by Quince Gore-Rodney, Design Enterprise Studio Member, March 2021
Web-based Augmented Reality, aka WebAR, is one of the most exciting technologies at the forefront of web development. Augmented Reality (AR) is the connection of real life with a digital world, allowing us to extend reality through our computer devices. As a graduating student with an interest in 3D technologies such as three.js/react-three-fiber, I’m vested in the possibilities that augmented reality can do to 3D graphics and how it can give them more relevance to the real world.
While plenty of Augmented Reality use mobile app systems to bootstrap the technology like ARKit, ARCore, Vuforia etc. (Timchenko et al, p.211, 2017), they require downloading a separate application. WebAR content on the other hand, can be loaded instantly from the internet. This illusion of the physical world mixing combined with the ability of the internet, means WebAR provides instant immersion.
When WebAR was well in its infancy, it required web plugins such as ARToolkit, (like Adobe’s Flash Player we all had to download). These days, there are multiple ways to use WebAR. Recently Apple has announced support for AR content in the form of Quick Look, which is allowing users to download objects in the form of USDZ format to view in AR. But there is also another way.
Although AR is great for fun experiments and shopping previews, the technology also has as many practical uses as it has for entertainment. In times like these (global pandemic and all that) where it’s difficult to safely complete activities in busy spaces, WebAR can help bridge the gap for people working from home. Additionally, it could be used as an accessibility tool for the elderly or immuno-compromised.
Now, WebAR is not perfect. As an emerging technology it still has some setbacks, namely a memory limit on how much content it can load in a reasonable time (Koval, 2020) which is an issue for mobile devices. Hopefully, 5G should eliminate this setback.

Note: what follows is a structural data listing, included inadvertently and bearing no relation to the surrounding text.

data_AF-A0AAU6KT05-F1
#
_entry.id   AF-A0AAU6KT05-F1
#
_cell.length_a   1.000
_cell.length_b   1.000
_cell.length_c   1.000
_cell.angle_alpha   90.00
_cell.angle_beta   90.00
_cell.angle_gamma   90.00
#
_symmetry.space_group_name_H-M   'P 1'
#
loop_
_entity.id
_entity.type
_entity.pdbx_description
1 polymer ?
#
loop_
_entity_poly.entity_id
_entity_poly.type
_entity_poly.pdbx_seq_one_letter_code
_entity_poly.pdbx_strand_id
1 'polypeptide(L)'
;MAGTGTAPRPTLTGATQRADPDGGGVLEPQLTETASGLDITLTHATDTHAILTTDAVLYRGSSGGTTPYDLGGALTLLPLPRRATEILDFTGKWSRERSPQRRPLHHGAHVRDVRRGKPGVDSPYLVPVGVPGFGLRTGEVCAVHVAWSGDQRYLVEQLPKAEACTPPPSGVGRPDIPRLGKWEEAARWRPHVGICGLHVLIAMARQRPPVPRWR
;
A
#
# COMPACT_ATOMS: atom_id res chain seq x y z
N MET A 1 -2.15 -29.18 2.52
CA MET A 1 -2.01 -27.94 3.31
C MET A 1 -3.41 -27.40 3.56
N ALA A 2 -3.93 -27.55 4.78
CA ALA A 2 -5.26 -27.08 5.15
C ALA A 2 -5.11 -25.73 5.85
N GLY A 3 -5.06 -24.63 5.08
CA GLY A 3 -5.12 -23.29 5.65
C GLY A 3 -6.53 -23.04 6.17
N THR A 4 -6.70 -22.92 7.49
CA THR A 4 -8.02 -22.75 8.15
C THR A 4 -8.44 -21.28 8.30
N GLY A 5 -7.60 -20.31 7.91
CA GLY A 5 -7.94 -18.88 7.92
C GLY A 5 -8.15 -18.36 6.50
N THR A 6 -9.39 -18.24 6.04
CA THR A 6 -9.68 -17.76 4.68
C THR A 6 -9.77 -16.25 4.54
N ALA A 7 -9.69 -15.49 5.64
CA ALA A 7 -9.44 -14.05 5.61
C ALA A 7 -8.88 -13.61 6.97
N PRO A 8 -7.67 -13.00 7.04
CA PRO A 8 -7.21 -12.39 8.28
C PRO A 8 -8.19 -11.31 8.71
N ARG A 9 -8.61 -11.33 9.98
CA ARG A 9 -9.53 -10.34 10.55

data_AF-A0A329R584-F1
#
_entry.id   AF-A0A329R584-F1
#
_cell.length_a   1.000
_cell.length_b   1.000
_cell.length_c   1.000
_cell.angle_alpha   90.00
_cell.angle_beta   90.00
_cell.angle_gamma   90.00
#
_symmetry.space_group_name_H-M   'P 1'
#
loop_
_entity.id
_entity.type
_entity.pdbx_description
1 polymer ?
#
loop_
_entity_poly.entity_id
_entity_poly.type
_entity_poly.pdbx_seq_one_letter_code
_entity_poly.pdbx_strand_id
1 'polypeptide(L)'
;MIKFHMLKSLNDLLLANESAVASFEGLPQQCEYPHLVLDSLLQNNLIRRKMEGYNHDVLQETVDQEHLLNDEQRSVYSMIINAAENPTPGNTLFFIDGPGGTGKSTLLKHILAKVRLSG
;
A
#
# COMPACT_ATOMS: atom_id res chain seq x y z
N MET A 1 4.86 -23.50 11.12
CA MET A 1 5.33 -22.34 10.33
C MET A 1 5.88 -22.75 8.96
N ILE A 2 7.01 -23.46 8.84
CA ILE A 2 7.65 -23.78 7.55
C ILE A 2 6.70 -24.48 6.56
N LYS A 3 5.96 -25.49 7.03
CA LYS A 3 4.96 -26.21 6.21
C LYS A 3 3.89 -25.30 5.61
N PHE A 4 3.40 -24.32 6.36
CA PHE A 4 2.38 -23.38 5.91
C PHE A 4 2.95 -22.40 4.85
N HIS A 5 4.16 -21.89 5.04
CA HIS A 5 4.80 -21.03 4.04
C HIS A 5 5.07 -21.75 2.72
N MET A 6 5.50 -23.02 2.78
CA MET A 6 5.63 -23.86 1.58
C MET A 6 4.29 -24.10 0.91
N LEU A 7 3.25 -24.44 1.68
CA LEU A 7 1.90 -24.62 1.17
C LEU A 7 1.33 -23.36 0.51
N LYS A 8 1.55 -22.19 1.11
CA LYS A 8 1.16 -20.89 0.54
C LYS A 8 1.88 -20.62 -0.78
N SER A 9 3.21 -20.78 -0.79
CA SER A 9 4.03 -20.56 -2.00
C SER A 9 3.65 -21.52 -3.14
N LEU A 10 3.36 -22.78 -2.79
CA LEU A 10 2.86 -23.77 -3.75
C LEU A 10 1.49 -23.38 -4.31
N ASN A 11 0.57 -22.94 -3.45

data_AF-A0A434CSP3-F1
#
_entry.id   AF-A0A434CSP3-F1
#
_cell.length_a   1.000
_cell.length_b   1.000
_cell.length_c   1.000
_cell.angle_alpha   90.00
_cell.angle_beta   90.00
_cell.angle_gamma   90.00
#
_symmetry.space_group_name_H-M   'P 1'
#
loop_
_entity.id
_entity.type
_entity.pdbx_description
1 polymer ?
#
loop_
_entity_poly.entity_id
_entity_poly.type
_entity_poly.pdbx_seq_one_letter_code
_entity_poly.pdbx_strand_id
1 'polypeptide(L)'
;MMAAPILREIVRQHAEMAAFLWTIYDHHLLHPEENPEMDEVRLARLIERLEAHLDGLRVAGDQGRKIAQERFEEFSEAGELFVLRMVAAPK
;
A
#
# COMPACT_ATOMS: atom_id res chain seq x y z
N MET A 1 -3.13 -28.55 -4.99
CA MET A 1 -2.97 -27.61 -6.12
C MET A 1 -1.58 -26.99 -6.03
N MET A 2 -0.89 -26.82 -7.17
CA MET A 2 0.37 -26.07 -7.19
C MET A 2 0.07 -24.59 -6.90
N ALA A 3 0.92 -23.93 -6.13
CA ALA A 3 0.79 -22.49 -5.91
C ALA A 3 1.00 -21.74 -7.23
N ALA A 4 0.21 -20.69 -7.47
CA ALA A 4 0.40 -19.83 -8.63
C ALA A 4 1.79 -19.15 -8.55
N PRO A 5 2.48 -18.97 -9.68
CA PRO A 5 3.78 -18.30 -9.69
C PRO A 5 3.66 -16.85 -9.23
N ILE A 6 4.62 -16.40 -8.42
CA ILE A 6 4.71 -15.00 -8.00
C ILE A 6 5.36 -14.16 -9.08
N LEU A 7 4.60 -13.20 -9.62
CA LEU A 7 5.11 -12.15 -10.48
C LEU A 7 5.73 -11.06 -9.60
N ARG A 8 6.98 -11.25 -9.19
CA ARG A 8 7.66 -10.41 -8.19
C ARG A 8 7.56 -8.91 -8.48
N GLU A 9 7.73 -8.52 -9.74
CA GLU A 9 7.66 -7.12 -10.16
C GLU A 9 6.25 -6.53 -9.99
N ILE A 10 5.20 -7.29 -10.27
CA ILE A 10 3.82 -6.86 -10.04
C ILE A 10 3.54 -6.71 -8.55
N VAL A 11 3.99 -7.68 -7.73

All the future possibilities of WebAR are too long to list for this blog, but here are two examples which may help to explain why it offers unique new approach, one in the area of teaching, the other in entertainment:
Intangible Cultural Heritage through WebAR: Cantonese Porcelain
This case study on Chinese Cantonese Porcelain highlights how WebAR can be used to create embodied interactions, where the user relies on their senses to bridge their knowledge (like motion or touch gestures) with cultural heritage from the past (Tan, Ji, Hills, Feng., p.5, 2020). Unlike standard videos and images, emerging technologies like WebAR can be used better show and more importantly understand the “cultural contents of [Cantonese] heritage” (Tan, Ji, Hills, Feng., p.1, 2020).
For the Cantonese Porcelain WebAR study, a prototype was created using the ARToolkit plugin to track the camera position, and three.js and WebGL to bring assets to the 3rd dimension. Developing this application was a three-part setup; part one focusing on the classification of text, images, and video, and the second and third recording of materials and then developing a series of marker objects in a mobile interface for understanding the Cantonese Porcelain.
The researchers found that the AR prototype made activities more concrete and abundant, and by coupling historical facts with play they increased positive engagement from users. Personally, I think is great for the future of education, bridging the gap between education and entertainment. This could be re-purposed in at museum exhibitions or classes, as an accessible way to teach the public about more traditional subjects.
Unfortunately, this prototype isn’t publicly available, but the Case Study can be found here: https://dl-acm-org.ezproxy.uwe.ac.uk/doi/pdf/10.1145/3334480.3375199.
Soccer AR/ Soccer On the Tabletop